Crash Course on Working with Middle Schoolers
Middle schoolers are at a transition point in their lives. They are at the beginning of the crossroads between childhood and adulthood, and if you are working with them regularly, you will see that first hand. Each student will have times of amazing brilliance and insight, but also times of goofy or inattentive behavior. This is normal, and you will see how much your student matures over the course. Here’s a few tips to keep in mind when working with this age group:
1) Give your student plenty of time to think. If you ask a question, wait patiently for the answer. Practice sitting in silence, to give them time to think and come up with an answer. If you have a difficult time with silence, count in your head. If you reach 50 and the student still hasn’t spoken, then you can consider rephrasing the question.
2) Help your student learn the words of faith. Eighth graders may have great ideas but lack the language to explain them. Invite them to share their ideas in whatever way they can, and as appropriate, share with them new words and ways of expressing faith.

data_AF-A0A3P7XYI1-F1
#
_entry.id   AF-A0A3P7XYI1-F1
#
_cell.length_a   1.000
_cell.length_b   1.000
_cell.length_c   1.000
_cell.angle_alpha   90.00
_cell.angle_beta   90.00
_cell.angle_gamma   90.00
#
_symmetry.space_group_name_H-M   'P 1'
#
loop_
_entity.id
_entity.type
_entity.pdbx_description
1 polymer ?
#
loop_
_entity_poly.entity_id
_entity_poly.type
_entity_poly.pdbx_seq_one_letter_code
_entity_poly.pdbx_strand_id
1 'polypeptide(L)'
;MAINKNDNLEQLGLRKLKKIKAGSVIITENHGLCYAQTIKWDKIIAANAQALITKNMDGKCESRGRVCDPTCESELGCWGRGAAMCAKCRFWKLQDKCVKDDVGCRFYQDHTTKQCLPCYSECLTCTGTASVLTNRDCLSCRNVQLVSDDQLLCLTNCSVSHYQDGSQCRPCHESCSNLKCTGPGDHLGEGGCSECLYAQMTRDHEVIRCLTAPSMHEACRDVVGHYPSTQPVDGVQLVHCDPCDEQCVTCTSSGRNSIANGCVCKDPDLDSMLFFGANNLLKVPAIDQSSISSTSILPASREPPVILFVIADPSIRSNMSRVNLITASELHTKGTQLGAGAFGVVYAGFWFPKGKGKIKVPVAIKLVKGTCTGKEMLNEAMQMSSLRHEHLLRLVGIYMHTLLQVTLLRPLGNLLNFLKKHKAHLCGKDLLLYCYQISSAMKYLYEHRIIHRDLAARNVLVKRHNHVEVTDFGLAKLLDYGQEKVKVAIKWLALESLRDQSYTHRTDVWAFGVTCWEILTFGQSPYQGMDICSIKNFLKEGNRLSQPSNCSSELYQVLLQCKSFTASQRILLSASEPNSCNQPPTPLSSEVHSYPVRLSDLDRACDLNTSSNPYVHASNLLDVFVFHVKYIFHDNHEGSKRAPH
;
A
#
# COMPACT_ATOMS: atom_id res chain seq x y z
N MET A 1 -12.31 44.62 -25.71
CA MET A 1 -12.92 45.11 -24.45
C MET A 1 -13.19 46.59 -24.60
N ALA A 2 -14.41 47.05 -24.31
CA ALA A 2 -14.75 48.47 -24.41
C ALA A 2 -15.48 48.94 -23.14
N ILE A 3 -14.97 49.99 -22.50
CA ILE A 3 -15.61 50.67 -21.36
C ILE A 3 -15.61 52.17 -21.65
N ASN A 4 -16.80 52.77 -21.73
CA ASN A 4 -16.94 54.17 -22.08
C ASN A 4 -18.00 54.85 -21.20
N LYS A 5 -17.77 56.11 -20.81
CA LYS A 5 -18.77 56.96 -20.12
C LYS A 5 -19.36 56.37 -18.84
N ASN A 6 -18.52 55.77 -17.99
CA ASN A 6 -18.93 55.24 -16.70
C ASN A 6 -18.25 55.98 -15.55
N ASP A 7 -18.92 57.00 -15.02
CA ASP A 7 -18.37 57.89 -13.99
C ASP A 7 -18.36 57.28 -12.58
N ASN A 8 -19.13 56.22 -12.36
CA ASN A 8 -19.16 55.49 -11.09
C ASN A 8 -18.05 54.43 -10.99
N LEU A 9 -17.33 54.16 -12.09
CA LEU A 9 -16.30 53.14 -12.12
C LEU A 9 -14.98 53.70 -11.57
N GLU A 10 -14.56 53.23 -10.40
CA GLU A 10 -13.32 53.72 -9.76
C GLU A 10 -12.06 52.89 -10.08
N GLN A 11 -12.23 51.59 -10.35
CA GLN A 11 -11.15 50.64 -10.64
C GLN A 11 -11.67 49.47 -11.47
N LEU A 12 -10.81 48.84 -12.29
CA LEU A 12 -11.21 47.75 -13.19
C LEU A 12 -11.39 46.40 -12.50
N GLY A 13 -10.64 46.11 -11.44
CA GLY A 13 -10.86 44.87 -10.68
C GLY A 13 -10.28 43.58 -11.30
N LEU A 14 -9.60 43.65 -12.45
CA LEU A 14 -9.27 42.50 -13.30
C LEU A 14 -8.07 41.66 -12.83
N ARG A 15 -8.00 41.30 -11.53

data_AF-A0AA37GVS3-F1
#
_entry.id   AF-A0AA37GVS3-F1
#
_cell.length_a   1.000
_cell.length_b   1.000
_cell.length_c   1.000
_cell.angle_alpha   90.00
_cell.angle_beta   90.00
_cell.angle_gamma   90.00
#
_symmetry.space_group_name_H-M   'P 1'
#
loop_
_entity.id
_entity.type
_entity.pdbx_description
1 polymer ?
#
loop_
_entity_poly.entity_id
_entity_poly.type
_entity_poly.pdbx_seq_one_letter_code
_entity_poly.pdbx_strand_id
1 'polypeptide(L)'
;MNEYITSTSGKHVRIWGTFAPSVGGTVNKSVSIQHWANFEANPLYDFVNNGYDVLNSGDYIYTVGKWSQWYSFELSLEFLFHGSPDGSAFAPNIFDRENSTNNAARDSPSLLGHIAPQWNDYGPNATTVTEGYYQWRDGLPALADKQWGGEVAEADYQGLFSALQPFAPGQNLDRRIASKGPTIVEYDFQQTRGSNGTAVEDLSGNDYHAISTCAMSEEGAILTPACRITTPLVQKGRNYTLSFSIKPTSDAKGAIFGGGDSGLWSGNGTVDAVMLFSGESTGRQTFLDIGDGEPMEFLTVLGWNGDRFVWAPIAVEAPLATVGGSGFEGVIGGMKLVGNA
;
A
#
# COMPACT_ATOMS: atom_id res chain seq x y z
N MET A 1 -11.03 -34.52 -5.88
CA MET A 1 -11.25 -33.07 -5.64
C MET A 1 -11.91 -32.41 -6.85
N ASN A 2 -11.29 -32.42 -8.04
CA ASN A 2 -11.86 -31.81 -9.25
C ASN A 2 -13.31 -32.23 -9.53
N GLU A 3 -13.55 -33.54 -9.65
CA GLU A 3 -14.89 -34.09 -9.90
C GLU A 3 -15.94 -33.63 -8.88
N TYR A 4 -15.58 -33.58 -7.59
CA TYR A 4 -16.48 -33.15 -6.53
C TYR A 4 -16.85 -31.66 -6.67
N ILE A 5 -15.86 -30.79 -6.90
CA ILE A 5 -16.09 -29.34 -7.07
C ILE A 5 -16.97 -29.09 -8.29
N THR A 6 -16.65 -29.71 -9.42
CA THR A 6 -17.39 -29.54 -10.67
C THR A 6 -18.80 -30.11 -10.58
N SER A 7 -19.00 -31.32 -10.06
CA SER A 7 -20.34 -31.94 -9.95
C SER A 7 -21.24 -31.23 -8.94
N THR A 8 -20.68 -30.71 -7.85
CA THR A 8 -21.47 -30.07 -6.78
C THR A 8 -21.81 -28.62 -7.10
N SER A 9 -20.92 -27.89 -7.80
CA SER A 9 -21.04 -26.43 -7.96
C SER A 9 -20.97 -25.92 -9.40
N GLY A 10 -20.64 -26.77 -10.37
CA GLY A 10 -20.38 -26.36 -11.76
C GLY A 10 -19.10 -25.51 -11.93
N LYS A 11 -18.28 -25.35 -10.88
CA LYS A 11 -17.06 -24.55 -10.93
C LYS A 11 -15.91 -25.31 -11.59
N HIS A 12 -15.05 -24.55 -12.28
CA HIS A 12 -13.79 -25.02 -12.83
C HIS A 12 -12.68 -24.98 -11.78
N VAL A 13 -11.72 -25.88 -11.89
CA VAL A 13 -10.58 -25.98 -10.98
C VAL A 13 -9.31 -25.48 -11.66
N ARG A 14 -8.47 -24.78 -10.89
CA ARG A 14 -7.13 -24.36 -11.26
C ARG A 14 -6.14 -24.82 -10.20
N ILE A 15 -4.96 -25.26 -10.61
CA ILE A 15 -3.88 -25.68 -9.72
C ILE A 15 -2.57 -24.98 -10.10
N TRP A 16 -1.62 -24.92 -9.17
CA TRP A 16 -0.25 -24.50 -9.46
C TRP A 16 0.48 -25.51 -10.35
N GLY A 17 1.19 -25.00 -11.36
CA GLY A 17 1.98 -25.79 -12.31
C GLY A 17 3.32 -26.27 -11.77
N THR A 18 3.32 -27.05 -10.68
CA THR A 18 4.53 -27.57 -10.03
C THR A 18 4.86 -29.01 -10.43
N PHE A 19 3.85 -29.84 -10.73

3) Be prepared to get sidetracked. This age group can focus for a long time, but sometimes their attention span is short. Youth often blurt out what’s important to them – even if it has nothing to do with the topic. Sometimes you’ll want to follow up with your student immediately, and other times you’ll need to ask them to focus. Remember, part of mentoring is simply being with and listening to these youth.
4) Prepare more activities/discussion questions than you think you’ll need. Wouldn’t you rather have a question you don’t get to, than have too few and end up staring at each other? It can be frustrating to plan something and not have time to use it, but those are things you can send the youth home to think about.
5) Share Scripture when you can. Part of becoming a mature Christian is becoming Biblically literate. Maybe this is a growing area for you – that’s fine. It’s helpful for youth to hear which stories and passages of Scripture that are important to you. It’s also important for your students to see and hear how you refer to Scripture.
The Most Important Thing
Remember, many people recognize in you the gifts and graces to do this ministry. In 20 years, these students will not remember much (if any) of what we say. In 50 years, however, they will still remember that when they were young, an adult in the church cared enough to spend time with them. So above all, be yourself. The most important part of this ministry is building relationships – between you, the students, other youth workers, and Jesus Christ.